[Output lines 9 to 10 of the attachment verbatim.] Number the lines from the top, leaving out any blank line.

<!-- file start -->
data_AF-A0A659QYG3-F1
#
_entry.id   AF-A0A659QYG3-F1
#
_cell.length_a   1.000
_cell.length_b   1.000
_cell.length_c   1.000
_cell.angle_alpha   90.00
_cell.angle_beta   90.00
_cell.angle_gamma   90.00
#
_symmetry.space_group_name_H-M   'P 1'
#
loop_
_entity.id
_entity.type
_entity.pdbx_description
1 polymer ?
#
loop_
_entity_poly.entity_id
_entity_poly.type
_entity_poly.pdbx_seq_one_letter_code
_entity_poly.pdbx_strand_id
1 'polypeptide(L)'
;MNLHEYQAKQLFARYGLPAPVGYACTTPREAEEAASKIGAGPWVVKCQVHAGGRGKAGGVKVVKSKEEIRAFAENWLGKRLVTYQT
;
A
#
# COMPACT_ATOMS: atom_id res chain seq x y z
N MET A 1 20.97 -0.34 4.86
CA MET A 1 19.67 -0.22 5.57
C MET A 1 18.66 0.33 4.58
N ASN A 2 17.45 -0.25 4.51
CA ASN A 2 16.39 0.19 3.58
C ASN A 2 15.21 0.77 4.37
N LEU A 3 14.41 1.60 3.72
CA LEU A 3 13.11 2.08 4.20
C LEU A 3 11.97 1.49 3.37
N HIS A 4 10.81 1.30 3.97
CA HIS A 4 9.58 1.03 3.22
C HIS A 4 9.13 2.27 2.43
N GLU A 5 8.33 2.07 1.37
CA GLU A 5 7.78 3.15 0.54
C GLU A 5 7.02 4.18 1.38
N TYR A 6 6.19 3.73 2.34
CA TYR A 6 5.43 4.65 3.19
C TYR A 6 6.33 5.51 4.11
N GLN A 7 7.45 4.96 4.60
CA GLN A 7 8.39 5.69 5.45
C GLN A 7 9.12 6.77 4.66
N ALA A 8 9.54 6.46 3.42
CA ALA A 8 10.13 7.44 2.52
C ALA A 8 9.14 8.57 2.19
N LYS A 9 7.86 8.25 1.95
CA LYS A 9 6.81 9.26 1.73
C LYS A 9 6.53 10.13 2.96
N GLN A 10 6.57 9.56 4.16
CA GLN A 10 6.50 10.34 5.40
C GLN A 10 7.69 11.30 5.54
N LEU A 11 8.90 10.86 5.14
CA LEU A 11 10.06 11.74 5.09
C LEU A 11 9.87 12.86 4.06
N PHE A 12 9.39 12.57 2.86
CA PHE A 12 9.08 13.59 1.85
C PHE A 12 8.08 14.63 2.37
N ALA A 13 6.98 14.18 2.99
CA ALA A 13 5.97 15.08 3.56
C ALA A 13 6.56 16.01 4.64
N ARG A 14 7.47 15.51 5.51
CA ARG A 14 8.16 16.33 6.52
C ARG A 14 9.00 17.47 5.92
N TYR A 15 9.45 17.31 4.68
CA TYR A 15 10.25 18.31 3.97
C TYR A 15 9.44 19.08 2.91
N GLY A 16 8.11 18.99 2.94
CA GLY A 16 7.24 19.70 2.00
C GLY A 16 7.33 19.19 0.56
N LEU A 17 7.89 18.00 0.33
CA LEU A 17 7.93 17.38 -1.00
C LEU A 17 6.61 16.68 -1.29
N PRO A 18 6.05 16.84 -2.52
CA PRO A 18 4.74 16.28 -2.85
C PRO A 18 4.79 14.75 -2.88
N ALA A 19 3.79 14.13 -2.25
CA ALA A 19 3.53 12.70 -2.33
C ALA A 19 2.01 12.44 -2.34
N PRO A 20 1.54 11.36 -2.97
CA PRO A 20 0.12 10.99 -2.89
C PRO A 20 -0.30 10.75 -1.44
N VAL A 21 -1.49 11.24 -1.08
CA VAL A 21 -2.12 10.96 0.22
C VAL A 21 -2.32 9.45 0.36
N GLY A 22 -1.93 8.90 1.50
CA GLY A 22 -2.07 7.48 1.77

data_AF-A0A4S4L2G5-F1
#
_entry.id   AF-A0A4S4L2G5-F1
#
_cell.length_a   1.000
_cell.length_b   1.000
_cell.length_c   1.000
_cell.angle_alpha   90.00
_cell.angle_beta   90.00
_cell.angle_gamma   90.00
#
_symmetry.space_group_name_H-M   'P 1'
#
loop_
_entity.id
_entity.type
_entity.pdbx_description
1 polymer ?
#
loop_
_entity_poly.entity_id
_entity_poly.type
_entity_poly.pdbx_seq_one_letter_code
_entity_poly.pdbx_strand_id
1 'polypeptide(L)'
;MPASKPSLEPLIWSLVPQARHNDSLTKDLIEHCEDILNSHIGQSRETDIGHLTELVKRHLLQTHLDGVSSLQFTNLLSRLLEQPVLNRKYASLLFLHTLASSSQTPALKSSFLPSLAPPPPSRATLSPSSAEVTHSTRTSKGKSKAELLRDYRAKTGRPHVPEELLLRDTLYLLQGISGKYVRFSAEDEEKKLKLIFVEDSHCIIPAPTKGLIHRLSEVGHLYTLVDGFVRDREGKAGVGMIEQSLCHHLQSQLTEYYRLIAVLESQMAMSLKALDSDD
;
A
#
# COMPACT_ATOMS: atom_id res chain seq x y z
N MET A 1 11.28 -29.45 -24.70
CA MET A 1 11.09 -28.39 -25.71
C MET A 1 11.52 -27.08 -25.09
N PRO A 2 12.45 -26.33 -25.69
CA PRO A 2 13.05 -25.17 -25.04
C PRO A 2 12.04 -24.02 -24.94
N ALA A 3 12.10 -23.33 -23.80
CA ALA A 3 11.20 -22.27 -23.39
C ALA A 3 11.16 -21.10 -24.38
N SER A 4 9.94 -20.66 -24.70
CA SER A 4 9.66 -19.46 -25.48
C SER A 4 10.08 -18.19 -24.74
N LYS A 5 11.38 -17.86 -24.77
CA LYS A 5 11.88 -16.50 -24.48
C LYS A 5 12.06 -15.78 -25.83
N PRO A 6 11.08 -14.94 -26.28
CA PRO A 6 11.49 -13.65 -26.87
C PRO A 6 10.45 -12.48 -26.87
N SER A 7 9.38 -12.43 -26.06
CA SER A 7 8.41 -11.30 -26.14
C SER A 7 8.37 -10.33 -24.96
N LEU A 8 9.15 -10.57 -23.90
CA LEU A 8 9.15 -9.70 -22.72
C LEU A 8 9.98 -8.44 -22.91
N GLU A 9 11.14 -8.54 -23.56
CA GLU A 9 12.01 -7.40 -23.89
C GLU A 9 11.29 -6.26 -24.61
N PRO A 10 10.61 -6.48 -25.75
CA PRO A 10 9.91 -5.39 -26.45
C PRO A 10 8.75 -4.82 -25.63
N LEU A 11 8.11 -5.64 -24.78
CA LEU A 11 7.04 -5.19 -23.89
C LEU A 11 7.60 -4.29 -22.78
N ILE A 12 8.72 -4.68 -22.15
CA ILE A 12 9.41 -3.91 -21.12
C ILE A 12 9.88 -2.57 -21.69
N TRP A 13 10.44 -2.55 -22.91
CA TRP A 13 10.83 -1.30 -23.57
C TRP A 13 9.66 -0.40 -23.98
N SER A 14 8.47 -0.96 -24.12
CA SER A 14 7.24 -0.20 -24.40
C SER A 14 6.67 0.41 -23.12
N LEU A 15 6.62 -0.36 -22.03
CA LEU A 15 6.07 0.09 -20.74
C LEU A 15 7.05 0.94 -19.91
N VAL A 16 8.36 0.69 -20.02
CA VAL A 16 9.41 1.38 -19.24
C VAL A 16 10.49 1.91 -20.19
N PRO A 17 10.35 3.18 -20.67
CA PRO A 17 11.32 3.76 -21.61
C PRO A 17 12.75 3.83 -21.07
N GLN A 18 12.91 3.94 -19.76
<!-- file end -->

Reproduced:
_cell.angle_beta   90.00
_cell.angle_gamma   90.00